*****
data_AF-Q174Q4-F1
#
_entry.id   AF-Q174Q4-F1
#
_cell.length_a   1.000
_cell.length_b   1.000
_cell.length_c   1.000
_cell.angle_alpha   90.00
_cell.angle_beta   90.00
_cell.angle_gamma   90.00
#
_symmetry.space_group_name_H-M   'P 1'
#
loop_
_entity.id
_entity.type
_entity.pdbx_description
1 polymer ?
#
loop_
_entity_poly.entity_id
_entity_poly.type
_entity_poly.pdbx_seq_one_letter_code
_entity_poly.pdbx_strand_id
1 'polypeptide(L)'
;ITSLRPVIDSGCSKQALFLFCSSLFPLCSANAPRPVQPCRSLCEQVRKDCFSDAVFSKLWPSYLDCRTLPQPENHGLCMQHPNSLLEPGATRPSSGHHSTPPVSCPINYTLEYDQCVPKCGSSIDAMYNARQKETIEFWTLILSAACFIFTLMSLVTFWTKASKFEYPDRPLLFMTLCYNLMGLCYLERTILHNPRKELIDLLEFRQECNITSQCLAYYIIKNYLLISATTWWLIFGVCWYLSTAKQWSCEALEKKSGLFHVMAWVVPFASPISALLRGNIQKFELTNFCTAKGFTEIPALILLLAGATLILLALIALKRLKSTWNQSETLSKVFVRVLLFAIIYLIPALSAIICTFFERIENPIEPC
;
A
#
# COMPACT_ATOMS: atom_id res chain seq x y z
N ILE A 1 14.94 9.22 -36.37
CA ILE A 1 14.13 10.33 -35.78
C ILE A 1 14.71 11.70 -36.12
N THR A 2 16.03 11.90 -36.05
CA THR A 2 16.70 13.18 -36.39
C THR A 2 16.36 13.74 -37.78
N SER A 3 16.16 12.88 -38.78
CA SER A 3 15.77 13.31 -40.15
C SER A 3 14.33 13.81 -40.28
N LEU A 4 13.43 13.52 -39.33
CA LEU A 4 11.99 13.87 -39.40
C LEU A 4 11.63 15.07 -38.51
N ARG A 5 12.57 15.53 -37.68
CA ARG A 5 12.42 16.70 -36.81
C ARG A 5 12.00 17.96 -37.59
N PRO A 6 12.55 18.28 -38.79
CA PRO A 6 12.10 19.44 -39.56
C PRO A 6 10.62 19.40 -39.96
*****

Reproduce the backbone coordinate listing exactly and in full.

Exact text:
data_AF-Q174Q4-F1
#
_entry.id   AF-Q174Q4-F1
#
_cell.length_a   1.000
_cell.length_b   1.000
_cell.length_c   1.000
_cell.angle_alpha   90.00
_cell.angle_beta   90.00
_cell.angle_gamma   90.00
#
_symmetry.space_group_name_H-M   'P 1'
#
loop_
_entity.id
_entity.type
_entity.pdbx_description
1 polymer ?
#
loop_
_entity_poly.entity_id
_entity_poly.type
_entity_poly.pdbx_seq_one_letter_code
_entity_poly.pdbx_strand_id
1 'polypeptide(L)'
;ITSLRPVIDSGCSKQALFLFCSSLFPLCSANAPRPVQPCRSLCEQVRKDCFSDAVFSKLWPSYLDCRTLPQPENHGLCMQHPNSLLEPGATRPSSGHHSTPPVSCPINYTLEYDQCVPKCGSSIDAMYNARQKETIEFWTLILSAACFIFTLMSLVTFWTKASKFEYPDRPLLFMTLCYNLMGLCYLERTILHNPRKELIDLLEFRQECNITSQCLAYYIIKNYLLISATTWWLIFGVCWYLSTAKQWSCEALEKKSGLFHVMAWVVPFASPISALLRGNIQKFELTNFCTAKGFTEIPALILLLAGATLILLALIALKRLKSTWNQSETLSKVFVRVLLFAIIYLIPALSAIICTFFERIENPIEPC
;
A
#
# COMPACT_ATOMS: atom_id res chain seq x y z
N ILE A 1 14.94 9.22 -36.37
CA ILE A 1 14.13 10.33 -35.78
C ILE A 1 14.71 11.70 -36.12
N THR A 2 16.03 11.90 -36.05
CA THR A 2 16.70 13.18 -36.39
C THR A 2 16.36 13.74 -37.78
N SER A 3 16.16 12.88 -38.78
CA SER A 3 15.77 13.31 -40.15
C SER A 3 14.33 13.81 -40.28
N LEU A 4 13.43 13.52 -39.33
CA LEU A 4 11.99 13.87 -39.40
C LEU A 4 11.63 15.07 -38.51
N ARG A 5 12.57 15.53 -37.68
CA ARG A 5 12.42 16.70 -36.81
C ARG A 5 12.00 17.96 -37.59
N PRO A 6 12.55 18.28 -38.79
CA PRO A 6 12.10 19.44 -39.56
C PRO A 6 10.62 19.40 -39.96